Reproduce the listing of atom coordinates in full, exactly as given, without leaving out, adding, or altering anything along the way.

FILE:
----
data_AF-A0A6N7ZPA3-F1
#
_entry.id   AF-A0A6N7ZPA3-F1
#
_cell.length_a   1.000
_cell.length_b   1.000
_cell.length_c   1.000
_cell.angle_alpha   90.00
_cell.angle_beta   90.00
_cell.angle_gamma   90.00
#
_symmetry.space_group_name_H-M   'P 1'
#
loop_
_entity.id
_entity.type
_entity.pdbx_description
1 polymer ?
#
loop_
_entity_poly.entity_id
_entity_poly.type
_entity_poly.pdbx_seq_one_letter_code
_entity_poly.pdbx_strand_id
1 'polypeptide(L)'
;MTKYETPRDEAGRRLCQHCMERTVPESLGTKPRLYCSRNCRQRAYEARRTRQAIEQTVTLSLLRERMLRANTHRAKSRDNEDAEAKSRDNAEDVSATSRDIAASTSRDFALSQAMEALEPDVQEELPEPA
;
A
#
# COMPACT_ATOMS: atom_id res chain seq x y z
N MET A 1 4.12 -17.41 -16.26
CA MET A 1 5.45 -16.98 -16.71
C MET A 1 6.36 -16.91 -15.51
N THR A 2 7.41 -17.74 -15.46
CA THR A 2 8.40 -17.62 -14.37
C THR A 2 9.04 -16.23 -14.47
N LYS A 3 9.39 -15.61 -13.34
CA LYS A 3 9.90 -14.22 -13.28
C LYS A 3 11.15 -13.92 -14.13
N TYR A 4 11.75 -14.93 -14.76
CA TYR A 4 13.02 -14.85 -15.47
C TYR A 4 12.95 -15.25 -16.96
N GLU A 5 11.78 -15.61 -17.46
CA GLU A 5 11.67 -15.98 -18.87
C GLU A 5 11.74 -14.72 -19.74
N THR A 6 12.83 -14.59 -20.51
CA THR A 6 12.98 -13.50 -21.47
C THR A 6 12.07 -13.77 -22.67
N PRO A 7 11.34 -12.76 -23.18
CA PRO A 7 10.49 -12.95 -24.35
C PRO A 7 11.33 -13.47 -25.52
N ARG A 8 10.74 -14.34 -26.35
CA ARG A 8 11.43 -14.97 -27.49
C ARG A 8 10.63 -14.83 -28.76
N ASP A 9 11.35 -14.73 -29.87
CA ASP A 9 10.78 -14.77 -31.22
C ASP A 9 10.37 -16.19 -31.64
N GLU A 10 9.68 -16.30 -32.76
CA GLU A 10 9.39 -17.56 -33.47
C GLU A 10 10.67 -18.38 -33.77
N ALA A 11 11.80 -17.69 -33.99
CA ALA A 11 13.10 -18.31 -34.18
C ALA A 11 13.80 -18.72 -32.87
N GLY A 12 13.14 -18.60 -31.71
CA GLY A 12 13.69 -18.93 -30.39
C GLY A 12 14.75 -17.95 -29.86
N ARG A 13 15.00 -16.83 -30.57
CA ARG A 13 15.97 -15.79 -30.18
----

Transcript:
data_AF-A0A6N7ZPA3-F1
#
_entry.id   AF-A0A6N7ZPA3-F1
#
_cell.length_a   1.000
_cell.length_b   1.000
_cell.length_c   1.000
_cell.angle_alpha   90.00
_cell.angle_beta   90.00
_cell.angle_gamma   90.00
#
_symmetry.space_group_name_H-M   'P 1'
#
loop_
_entity.id
_entity.type
_entity.pdbx_description
1 polymer ?
#
loop_
_entity_poly.entity_id
_entity_poly.type
_entity_poly.pdbx_seq_one_letter_code
_entity_poly.pdbx_strand_id
1 'polypeptide(L)'
;MTKYETPRDEAGRRLCQHCMERTVPESLGTKPRLYCSRNCRQRAYEARRTRQAIEQTVTLSLLRERMLRANTHRAKSRDNEDAEAKSRDNAEDVSATSRDIAASTSRDFALSQAMEALEPDVQEELPEPA
;
A
#
# COMPACT_ATOMS: atom_id res chain seq x y z
N MET A 1 4.12 -17.41 -16.26
CA MET A 1 5.45 -16.98 -16.71
C MET A 1 6.36 -16.91 -15.51
N THR A 2 7.41 -17.74 -15.46
CA THR A 2 8.40 -17.62 -14.37
C THR A 2 9.04 -16.23 -14.47
N LYS A 3 9.39 -15.61 -13.34
CA LYS A 3 9.90 -14.22 -13.28
C LYS A 3 11.15 -13.92 -14.13
N TYR A 4 11.75 -14.93 -14.76
CA TYR A 4 13.02 -14.85 -15.47
C TYR A 4 12.95 -15.25 -16.96
N GLU A 5 11.78 -15.61 -17.46
CA GLU A 5 11.67 -15.98 -18.87
C GLU A 5 11.74 -14.72 -19.74
N THR A 6 12.83 -14.59 -20.51
CA THR A 6 12.98 -13.50 -21.47
C THR A 6 12.07 -13.77 -22.67
N PRO A 7 11.34 -12.76 -23.18
CA PRO A 7 10.49 -12.95 -24.35
C PRO A 7 11.33 -13.47 -25.52
N ARG A 8 10.74 -14.34 -26.35
CA ARG A 8 11.43 -14.97 -27.49
C ARG A 8 10.63 -14.83 -28.76
N ASP A 9 11.35 -14.73 -29.87
CA ASP A 9 10.78 -14.77 -31.22
C ASP A 9 10.37 -16.19 -31.64
N GLU A 10 9.68 -16.30 -32.76
CA GLU A 10 9.39 -17.56 -33.47
C GLU A 10 10.67 -18.38 -33.77
N ALA A 11 11.80 -17.69 -33.99
CA ALA A 11 13.10 -18.31 -34.18
C ALA A 11 13.80 -18.72 -32.87
N GLY A 12 13.14 -18.60 -31.71
CA GLY A 12 13.69 -18.93 -30.39
C GLY A 12 14.75 -17.95 -29.86
N ARG A 13 15.00 -16.83 -30.57
CA ARG A 13 15.97 -15.79 -30.18